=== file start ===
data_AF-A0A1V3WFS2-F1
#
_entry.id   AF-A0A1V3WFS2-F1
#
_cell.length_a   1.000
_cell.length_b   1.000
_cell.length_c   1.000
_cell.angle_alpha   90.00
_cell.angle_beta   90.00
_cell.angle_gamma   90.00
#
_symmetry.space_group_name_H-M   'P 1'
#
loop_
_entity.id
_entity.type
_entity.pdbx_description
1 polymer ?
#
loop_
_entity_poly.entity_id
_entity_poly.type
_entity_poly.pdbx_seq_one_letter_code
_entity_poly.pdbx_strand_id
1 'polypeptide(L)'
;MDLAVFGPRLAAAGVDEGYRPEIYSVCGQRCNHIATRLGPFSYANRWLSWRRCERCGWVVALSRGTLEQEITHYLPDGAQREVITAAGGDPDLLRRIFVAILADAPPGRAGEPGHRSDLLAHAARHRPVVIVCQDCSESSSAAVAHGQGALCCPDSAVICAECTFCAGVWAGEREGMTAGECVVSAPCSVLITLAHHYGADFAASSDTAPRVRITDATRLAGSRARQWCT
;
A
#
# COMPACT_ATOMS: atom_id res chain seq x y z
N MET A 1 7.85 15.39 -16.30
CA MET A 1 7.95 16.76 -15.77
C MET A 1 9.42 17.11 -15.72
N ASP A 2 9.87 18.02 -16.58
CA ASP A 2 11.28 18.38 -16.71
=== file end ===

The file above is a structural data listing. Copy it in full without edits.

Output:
data_AF-A0A1V3WFS2-F1
#
_entry.id   AF-A0A1V3WFS2-F1
#
_cell.length_a   1.000
_cell.length_b   1.000
_cell.length_c   1.000
_cell.angle_alpha   90.00
_cell.angle_beta   90.00
_cell.angle_gamma   90.00
#
_symmetry.space_group_name_H-M   'P 1'
#
loop_
_entity.id
_entity.type
_entity.pdbx_description
1 polymer ?
#
loop_
_entity_poly.entity_id
_entity_poly.type
_entity_poly.pdbx_seq_one_letter_code
_entity_poly.pdbx_strand_id
1 'polypeptide(L)'
;MDLAVFGPRLAAAGVDEGYRPEIYSVCGQRCNHIATRLGPFSYANRWLSWRRCERCGWVVALSRGTLEQEITHYLPDGAQREVITAAGGDPDLLRRIFVAILADAPPGRAGEPGHRSDLLAHAARHRPVVIVCQDCSESSSAAVAHGQGALCCPDSAVICAECTFCAGVWAGEREGMTAGECVVSAPCSVLITLAHHYGADFAASSDTAPRVRITDATRLAGSRARQWCT
;
A
#
# COMPACT_ATOMS: atom_id res chain seq x y z
N MET A 1 7.85 15.39 -16.30
CA MET A 1 7.95 16.76 -15.77
C MET A 1 9.42 17.11 -15.72
N ASP A 2 9.87 18.02 -16.58
CA ASP A 2 11.28 18.38 -16.71